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Newton County now home to Georgia State
arnold fund
Community members who were instrumental in founding Georgia Perimeter College's, and now Georgia State's Newton campus were on hand at the unveiling of Georgia State signs Wednesday. Left to right, are Keith Cobbs, Dean of Student Services, Robert Fowler, Charles Tuller, Margie Cline, Sally Paschal, Johnathan Paschal, Kay Turner, Frank Turner and Paulos Yohannes, Association Dean. - photo by Bryan Fazio

The Georgia State University Panther family extended into Newton County Wednesday as the former Georgia Perimeter College Newton Campus celebrated a merger a year in the making.

Faculty, staff and community members gathered to unveil new Georgia State signs in front of the campus, located on Hwy 11 at 239 Cedar Lane. The ensemble then entered campus, mingling with students and the Panther mascot, receiving GSU T-shirts and talking about the future underneath a huge banner of balloons that read “Panther Family.”

The merger, which became official Jan. 6, was first announced in January 2015 by Chancellor Hank Huckaby to expand Georgia State beyond Metro Atlanta. The move also brings Georgia State’s resources to the Newton campus, which opened its doors in 2007 thanks to community support and a 100-acre land donation from the Arnold Fund.

“It’s tremendous how the community has supported Georgia Perimeter and now Georgia State University,” Mark Becker, Georgia State University President said.

Members of the Newton County community have been instrumental in Georgia Perimeter College coming to the area. Several people who played key roles in that were on hand Wednesday.

Robert Fowler, Charles Tuller, Frank Turner and the wife of the late Pierce Cline, Margie, were all present and eager to see the new logos and signage displayed on the Newton Campus. Sally Paschal, Georgia Perimeter Newton campus’s first Provost, was also there Wednesday.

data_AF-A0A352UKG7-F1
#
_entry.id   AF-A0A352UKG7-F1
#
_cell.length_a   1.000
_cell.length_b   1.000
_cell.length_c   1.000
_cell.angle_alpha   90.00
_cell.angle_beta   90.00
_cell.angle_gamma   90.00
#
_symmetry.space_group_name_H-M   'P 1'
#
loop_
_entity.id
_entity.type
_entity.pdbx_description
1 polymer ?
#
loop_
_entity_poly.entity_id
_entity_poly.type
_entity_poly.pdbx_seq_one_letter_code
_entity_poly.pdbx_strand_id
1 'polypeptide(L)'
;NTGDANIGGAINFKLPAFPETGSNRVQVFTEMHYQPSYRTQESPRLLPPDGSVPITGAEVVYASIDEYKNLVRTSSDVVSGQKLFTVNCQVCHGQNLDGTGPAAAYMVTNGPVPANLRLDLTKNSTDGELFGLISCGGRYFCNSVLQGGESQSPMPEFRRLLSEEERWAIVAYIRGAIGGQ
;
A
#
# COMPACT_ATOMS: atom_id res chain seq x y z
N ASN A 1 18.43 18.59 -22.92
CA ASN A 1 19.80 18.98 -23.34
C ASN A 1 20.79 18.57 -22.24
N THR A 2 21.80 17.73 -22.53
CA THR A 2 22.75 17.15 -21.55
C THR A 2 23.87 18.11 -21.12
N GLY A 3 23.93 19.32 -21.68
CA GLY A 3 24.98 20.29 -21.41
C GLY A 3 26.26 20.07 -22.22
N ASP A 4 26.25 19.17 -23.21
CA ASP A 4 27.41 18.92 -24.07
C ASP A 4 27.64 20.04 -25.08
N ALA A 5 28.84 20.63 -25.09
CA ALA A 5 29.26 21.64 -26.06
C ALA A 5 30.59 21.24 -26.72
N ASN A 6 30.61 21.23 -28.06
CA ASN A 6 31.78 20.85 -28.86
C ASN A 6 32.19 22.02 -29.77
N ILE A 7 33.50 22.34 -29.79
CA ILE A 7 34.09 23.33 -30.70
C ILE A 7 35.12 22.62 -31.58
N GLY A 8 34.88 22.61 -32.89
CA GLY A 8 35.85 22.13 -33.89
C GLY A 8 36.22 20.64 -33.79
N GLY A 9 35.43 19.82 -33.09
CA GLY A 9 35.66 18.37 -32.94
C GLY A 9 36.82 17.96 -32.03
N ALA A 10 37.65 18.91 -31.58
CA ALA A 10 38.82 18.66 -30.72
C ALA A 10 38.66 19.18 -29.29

Many dignitaries with Georgia State, including Becker and Georgia State University Vice Provost Peter Lyons, were in Newton to celebrate as well.

Becker noted the area’s growth, and the ability of Georgia State to capitalize on that going forward.

“There has been a lot of economic development in Newton County,” Becker said. “We look forward to the expansion of the work force need and how the Newton campus can support those work force needs.”

Georgia State faculty members weren’t the only ones looking forward to the merger, as students were also glad for the partnership with the four-year university. While the Newton campus will remain a two-year school, credits are guaranteed for students transferring into Georgia State.

“It’s going to be a great merger,” Georgia State sophomore Henry Parsons said. “Not only can you stay on a four-year track, but you can maintain your credits and not worry about catching up.”

After the consolidation, Georgia State University now has six campuses, Atlanta, Newton, Dunwoody, Clarkston, Decatur and Alpharetta. Unveilings happened at three locations, including Newton, on Wednesday and two on Thursday. Classes for the Spring semester began on Monday.